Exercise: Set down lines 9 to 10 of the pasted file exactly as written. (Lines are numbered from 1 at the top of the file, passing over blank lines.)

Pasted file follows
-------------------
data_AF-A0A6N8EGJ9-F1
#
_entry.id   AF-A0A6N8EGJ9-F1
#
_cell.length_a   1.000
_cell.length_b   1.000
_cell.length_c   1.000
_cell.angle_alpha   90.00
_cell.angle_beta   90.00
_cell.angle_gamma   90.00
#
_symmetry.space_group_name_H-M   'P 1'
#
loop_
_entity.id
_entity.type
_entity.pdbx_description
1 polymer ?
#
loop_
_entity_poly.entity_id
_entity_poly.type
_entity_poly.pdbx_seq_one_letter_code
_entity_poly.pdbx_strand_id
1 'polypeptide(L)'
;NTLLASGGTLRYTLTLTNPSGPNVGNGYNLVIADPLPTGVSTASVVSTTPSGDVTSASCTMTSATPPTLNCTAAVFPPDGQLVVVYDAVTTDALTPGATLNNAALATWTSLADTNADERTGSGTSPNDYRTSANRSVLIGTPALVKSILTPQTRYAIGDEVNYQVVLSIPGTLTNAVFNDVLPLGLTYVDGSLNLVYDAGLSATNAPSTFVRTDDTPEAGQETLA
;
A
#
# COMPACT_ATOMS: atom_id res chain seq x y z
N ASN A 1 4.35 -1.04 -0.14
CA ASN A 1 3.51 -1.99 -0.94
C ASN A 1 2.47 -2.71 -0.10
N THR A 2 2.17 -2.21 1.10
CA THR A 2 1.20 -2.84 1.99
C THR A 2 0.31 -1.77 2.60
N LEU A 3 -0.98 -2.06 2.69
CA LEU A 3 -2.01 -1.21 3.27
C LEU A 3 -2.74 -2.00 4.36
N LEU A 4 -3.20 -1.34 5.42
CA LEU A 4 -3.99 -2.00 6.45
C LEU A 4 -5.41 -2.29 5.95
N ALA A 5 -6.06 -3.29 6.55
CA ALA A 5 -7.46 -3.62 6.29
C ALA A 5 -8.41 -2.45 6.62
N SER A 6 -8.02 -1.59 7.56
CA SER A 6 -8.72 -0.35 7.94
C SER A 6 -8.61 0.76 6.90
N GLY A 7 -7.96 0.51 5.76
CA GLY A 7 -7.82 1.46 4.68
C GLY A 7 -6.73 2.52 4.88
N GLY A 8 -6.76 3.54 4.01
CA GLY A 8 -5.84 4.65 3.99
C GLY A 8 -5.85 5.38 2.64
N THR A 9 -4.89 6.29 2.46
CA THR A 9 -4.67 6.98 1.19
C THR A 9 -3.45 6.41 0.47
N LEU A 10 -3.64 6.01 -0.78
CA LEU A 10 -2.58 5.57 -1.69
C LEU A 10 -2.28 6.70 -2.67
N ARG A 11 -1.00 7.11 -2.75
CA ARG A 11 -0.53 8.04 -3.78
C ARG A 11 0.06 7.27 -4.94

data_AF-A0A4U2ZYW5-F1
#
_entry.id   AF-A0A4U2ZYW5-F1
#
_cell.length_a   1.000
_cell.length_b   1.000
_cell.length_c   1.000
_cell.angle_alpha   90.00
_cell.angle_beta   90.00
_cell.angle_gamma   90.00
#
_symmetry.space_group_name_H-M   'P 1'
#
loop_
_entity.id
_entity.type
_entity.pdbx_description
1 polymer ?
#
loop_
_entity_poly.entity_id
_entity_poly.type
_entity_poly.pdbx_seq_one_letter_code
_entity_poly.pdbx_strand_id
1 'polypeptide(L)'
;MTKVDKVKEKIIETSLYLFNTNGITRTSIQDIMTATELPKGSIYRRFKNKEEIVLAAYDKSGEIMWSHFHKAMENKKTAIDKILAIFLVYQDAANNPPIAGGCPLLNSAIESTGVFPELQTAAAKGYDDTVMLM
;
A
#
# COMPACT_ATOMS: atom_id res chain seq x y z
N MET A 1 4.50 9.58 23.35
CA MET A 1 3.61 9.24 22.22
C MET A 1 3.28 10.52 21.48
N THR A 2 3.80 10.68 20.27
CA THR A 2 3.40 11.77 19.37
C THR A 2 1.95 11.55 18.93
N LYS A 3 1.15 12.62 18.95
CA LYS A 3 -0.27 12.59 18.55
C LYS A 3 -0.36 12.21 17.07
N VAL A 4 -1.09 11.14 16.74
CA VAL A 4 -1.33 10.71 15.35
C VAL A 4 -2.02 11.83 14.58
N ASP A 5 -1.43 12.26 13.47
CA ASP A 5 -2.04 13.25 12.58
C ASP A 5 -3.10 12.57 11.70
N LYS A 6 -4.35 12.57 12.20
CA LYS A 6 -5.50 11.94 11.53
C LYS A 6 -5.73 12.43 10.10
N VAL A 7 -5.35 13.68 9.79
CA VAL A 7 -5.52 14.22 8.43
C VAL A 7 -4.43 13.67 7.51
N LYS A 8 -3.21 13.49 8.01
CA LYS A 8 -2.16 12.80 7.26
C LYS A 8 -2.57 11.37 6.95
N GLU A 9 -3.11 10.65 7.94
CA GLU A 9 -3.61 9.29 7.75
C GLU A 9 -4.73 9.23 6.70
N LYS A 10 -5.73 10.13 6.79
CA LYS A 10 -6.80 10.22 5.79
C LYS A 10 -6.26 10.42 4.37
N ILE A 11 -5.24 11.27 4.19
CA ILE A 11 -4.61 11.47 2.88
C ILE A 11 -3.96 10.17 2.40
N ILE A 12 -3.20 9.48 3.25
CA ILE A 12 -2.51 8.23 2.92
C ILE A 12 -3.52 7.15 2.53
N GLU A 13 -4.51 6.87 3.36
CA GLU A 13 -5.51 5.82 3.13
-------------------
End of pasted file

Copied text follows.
_cell.angle_beta   90.00
_cell.angle_gamma   90.00